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JROTC seeking new obstacles to overcome

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By Stephen Lega

Life involves dealing with obstacles, but the Marion County JROTC students are planning to create a few for themselves.

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Specifically, they are working to construct an obstacle course near the tennis courts at Marion County High School.

Hunter Winsor is a senior on the JROTC's Raider Team. This team participates in competitions that require a mix of land navigation/orienteering skills and physical tests, many of which require teams to work together.

He said the course could provide improved training opportunities for the team members, and he said it could encourage more students to want to be part of the team.

"People could see how much fun it is," Winsor said.

Major Mike Smedley, one of the JROTC instructors, agreed that having a course could benefit the program by increasing participation, but he also said it could boost the self-confidence of the students involved. Students learn about themselves by learning to climb over a six-foot wall, he said.

The course will include a rope bridge, climbing ropes, monkey bars, vaults and pull-up bars.

JROTC students already participate in physical training. During a recent session, they performed a sequence of exercises including standing long jumps, high knee runs, running backwards, and doing push-ups while walking on their hands. At the end, they lined up in six teams and ran a relay race involving walking lunges followed by sprints.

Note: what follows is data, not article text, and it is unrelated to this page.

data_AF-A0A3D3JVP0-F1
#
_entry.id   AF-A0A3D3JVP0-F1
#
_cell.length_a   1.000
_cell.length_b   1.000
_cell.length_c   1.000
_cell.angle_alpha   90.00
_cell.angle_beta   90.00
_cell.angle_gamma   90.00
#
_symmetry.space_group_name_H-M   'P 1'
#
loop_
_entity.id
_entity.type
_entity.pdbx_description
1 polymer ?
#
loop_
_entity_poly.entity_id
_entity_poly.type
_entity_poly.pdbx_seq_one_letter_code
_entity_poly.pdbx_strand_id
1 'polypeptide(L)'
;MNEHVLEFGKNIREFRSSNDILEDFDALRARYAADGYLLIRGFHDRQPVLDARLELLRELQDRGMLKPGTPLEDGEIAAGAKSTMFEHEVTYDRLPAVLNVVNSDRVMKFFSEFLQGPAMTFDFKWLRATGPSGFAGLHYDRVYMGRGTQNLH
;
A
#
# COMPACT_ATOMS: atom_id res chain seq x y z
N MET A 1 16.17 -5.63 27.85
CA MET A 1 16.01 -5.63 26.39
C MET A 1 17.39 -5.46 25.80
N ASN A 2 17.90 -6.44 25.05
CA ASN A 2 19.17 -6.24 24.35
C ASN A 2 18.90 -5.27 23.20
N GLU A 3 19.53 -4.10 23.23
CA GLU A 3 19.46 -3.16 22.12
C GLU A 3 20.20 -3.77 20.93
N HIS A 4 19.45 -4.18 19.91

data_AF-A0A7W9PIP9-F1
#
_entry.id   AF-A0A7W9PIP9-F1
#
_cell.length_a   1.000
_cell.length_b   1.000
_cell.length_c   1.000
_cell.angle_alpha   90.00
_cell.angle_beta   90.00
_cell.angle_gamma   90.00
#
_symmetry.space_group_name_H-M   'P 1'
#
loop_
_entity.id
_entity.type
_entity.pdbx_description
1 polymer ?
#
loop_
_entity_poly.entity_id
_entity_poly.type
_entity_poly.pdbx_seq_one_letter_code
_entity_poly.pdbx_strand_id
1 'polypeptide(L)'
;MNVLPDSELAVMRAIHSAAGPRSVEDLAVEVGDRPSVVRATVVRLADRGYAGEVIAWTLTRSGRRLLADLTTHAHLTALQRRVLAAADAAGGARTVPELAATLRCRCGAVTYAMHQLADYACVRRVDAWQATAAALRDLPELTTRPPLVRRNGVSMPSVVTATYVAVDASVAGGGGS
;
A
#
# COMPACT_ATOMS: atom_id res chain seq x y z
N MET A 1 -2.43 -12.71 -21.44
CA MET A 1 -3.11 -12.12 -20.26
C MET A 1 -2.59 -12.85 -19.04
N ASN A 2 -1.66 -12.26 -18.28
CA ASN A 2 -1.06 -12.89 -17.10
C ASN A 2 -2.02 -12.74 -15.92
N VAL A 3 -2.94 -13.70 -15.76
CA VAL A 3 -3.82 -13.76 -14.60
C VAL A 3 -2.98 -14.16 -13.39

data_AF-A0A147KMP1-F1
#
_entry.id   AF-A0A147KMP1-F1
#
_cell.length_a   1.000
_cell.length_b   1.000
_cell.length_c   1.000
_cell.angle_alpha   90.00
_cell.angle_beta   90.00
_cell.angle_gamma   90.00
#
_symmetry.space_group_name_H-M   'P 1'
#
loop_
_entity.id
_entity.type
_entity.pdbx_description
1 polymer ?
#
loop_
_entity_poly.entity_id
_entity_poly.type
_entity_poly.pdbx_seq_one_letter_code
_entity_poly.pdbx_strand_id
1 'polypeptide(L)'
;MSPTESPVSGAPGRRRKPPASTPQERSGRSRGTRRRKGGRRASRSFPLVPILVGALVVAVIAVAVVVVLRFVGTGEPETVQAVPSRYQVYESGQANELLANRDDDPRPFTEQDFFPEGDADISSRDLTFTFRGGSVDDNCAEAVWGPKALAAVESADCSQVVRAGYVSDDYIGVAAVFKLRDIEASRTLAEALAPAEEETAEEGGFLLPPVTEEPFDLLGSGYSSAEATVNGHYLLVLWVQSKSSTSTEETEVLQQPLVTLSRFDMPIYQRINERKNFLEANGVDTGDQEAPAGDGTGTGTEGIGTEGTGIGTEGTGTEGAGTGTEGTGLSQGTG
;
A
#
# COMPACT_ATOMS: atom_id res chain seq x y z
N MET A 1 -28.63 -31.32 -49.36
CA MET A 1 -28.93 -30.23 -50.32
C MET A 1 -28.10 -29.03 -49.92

The winning team got to sit. The rest of the teams had to run up and down a flight of stairs. Then, the losing teams got to race again.

Sgt. Philip Chatigny, the other JROTC instructor, said the obstacle course will give the JROTC program more options for its physical training, but he also sees benefits for sports programs and even the community. Coaches have already expressed interest in incorporating the obstacle course into conditioning for their teams, Chatigny said.

They are trying to build the course with as much donated material as possible. Chatigny said they still need to get about 100 feet of fencing, and they are waiting for the ground to dry up so a tractor can get in and help with drilling holes for the fence.

When the course is complete, community members could also take advantage it for exercise, and it could allow the high school to host its own Raider Team competitions, Chatigny said. In fact, he said they would like to host a small competition with five or six teams, possibly later this year.

While Winsor and other seniors might not get to utilize the course before they graduate, he still supports the project.

"We wouldn't see the benefit, but we'd be able to help the program if we get it," he said.